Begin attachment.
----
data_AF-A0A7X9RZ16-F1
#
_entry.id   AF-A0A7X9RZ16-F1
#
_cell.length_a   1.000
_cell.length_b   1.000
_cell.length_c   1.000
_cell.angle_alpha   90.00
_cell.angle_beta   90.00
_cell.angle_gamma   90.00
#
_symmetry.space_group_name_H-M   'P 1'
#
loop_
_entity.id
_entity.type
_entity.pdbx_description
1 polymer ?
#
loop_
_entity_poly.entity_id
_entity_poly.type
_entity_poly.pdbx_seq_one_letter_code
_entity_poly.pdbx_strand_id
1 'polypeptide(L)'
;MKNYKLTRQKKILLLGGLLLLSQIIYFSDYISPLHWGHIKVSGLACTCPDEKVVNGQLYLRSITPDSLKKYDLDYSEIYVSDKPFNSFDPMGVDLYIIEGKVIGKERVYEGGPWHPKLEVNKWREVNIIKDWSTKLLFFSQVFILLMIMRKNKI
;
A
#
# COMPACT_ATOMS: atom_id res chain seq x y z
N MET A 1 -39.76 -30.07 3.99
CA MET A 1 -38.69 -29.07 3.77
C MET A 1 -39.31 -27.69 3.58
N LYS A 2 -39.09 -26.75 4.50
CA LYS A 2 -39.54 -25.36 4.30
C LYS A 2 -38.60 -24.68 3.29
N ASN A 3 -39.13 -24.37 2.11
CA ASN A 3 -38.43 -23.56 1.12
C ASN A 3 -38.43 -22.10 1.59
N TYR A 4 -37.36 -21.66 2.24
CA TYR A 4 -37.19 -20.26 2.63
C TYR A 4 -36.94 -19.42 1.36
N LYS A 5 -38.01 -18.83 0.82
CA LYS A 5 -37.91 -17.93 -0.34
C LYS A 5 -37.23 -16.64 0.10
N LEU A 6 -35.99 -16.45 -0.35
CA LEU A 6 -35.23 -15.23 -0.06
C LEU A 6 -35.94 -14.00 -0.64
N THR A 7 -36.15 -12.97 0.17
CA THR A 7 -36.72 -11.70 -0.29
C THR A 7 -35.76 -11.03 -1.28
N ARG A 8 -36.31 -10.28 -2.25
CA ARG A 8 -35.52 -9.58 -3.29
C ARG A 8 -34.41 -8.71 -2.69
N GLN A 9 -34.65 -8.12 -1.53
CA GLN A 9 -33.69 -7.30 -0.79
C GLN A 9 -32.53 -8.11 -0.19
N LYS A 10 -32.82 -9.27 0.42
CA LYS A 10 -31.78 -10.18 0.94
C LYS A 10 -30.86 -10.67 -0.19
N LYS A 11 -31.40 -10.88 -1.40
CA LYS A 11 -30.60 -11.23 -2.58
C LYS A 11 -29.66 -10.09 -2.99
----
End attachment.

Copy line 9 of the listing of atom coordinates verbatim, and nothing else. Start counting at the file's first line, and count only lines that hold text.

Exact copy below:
_cell.angle_beta   90.00